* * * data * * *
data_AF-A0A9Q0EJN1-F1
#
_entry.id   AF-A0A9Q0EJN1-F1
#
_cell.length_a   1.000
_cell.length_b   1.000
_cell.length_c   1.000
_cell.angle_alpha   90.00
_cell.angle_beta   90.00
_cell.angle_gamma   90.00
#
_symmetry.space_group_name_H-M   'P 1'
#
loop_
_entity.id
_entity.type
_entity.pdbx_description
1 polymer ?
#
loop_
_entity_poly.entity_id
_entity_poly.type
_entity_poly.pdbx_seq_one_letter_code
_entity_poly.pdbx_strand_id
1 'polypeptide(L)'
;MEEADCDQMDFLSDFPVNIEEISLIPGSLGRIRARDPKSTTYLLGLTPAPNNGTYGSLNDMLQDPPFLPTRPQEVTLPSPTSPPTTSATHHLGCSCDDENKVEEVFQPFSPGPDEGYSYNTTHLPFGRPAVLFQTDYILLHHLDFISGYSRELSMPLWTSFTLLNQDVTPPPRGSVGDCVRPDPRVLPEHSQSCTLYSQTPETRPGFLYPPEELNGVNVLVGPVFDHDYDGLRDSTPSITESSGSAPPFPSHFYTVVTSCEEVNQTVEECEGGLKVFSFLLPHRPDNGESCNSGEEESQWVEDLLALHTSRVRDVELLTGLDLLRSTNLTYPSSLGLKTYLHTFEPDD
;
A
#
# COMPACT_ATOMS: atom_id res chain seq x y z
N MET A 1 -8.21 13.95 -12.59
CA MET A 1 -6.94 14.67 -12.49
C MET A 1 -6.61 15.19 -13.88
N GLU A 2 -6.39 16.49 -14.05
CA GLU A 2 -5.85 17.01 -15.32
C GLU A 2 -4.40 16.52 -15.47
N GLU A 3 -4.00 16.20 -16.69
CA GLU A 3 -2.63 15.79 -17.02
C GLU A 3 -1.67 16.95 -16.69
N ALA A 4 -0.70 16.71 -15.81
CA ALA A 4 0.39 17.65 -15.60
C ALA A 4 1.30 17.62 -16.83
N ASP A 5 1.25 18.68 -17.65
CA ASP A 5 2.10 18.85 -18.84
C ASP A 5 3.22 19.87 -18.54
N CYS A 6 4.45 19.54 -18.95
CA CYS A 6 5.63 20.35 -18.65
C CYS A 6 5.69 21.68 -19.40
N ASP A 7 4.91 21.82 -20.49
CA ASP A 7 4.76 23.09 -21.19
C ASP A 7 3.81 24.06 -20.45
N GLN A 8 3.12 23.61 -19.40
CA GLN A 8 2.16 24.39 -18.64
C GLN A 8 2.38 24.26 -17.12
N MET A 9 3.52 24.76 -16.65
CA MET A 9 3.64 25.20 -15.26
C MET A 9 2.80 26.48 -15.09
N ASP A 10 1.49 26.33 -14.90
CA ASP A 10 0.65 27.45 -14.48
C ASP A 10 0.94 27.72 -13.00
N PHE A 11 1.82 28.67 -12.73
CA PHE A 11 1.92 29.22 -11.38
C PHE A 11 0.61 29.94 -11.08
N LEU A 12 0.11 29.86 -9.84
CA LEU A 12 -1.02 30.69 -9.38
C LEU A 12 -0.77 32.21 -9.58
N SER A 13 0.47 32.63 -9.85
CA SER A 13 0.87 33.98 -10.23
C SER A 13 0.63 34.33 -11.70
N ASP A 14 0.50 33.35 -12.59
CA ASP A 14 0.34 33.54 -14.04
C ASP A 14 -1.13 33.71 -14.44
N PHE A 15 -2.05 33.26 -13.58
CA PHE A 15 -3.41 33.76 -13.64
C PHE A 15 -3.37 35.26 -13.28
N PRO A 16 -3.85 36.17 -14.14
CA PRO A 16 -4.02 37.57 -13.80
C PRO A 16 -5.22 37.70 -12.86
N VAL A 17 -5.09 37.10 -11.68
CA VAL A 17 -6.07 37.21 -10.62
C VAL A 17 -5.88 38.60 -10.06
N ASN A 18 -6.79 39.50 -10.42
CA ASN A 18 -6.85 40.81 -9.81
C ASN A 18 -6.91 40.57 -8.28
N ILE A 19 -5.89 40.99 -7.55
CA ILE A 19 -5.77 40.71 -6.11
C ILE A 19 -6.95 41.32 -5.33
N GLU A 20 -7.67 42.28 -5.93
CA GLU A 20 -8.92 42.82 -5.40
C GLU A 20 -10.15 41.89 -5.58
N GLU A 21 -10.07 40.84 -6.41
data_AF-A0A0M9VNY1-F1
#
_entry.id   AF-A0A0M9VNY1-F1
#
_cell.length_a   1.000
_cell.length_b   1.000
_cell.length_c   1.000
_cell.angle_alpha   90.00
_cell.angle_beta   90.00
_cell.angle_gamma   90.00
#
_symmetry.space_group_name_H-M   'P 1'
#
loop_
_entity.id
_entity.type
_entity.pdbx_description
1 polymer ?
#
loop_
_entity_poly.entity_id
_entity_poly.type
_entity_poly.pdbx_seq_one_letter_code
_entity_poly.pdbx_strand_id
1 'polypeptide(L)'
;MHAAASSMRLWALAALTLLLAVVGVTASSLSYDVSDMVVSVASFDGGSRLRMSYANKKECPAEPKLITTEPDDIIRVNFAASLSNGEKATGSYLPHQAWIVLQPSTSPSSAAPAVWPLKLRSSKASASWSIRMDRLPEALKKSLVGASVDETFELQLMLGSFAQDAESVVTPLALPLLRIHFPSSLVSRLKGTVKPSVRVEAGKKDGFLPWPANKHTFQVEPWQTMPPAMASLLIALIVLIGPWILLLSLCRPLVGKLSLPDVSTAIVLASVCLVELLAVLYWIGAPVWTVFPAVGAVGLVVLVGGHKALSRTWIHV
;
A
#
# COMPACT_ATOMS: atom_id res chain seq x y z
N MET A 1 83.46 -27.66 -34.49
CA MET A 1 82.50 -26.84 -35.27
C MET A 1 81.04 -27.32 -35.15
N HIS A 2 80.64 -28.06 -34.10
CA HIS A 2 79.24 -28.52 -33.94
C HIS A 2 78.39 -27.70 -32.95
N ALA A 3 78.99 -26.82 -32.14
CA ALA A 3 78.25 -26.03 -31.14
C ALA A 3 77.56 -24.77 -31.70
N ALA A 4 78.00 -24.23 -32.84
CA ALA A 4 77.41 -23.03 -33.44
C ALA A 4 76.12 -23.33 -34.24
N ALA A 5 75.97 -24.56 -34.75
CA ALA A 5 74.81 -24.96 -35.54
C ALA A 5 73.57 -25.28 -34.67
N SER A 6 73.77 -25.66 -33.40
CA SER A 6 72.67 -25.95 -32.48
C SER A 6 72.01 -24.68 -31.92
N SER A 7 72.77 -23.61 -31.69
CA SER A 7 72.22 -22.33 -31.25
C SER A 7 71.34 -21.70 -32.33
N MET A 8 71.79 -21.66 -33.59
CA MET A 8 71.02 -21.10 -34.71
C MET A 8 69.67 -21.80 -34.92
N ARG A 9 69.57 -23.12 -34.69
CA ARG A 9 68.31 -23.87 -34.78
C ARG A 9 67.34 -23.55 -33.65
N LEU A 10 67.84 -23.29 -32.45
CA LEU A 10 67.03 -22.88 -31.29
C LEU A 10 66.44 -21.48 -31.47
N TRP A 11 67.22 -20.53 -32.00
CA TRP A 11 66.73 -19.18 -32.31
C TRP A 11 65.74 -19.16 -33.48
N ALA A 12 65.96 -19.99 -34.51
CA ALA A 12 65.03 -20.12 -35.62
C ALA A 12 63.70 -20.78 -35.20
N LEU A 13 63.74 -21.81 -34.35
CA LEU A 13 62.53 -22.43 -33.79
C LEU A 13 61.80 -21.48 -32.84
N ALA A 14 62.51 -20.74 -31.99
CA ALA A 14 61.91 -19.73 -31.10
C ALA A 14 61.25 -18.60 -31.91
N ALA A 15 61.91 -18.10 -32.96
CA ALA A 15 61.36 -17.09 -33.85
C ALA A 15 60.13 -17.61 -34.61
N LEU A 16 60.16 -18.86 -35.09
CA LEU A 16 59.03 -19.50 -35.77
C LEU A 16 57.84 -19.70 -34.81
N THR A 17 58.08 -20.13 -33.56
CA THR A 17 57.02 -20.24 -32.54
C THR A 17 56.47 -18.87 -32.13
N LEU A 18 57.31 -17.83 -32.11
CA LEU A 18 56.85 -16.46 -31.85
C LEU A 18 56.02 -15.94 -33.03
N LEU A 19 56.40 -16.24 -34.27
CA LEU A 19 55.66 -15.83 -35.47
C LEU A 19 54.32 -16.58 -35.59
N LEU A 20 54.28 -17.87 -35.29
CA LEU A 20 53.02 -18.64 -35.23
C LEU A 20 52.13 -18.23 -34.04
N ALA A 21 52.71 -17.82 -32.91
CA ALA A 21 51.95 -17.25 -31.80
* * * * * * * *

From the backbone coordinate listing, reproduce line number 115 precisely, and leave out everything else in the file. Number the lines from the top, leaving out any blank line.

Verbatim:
_entity_poly.pdbx_strand_id